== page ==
UPDATED: Spotify was one of many technology companies to which Facebook granted vast access to users’ personal data — far more than it had previously disclosed, according to a New York Times report published Tuesday night. Facebook “effectively exempted those business partners from its usual privacy rules,” the report says, citing internal records and interviews.
According to the report, Facebook allowed Spotify, Netflix and the Royal Bank of Canada to read, write and delete users’ private messages, and to see all participants on a message thread, although in Spotify’s case the access was ostensibly provided to enable users to share music via Facebook’s Messenger service. The report says that Spotify could view messages of more than 70 million users a month, although it did not state whether the company had full access to that entire number of users.
Representatives for Spotify and Netflix told the Times that they were “unaware of the broad powers Facebook had granted them,” while a Royal Bank of Canada spokesperson disputed that the bank had such access. Contacted by Variety Tuesday night, a rep for Spotify provided the following statement:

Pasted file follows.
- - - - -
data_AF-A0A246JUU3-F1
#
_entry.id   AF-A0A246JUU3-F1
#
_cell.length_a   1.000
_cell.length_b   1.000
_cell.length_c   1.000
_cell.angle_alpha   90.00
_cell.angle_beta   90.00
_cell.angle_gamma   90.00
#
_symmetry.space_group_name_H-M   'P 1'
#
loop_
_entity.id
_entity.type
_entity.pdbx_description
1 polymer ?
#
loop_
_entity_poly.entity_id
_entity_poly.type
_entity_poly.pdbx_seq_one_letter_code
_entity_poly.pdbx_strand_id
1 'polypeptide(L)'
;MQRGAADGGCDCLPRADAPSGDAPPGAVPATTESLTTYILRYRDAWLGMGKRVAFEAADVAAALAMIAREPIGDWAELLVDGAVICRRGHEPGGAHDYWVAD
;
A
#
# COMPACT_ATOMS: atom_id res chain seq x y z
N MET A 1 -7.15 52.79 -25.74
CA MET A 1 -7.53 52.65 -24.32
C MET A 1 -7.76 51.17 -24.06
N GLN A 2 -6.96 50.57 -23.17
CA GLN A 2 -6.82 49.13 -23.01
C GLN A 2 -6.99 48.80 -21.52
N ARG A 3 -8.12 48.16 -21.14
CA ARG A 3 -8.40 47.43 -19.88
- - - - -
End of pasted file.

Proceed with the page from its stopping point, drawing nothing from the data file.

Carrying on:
“Spotify’s integration with Facebook has always been about sharing and discovering music and podcasts. Spotify cannot read users’ private Facebook inbox messages across any of our current integrations. Previously, when users shared music from Spotify, they could add on text that was visible to Spotify. This has since been discontinued. We have no evidence that Spotify ever accessed users’ private Facebook messages.”
Spotify continues to offer users the option to share music through Facebook Messenger; Netflix and the Canadian bank told the Times they no longer needed access to messages because they had deactivated features that incorporated it.
According to Facebook director of privacy and public policy Steve Satterfield, none of the partnerships violated users’ privacy or FTC regulations, and the companies were required to abide by Facebook policies. Per the agreements, Facebook considered the outside companies extensions of itself as methods for users to interact with their friends, and as a result did not have to seek additional permissions from users.
Another spokeswoman told the Times that Facebook did not find evidence of abuse by the companies. Facebook did admit it had not been vigilant about managing the partnerships, and that some companies were able to continue accessing data despite the features that required it falling out of use.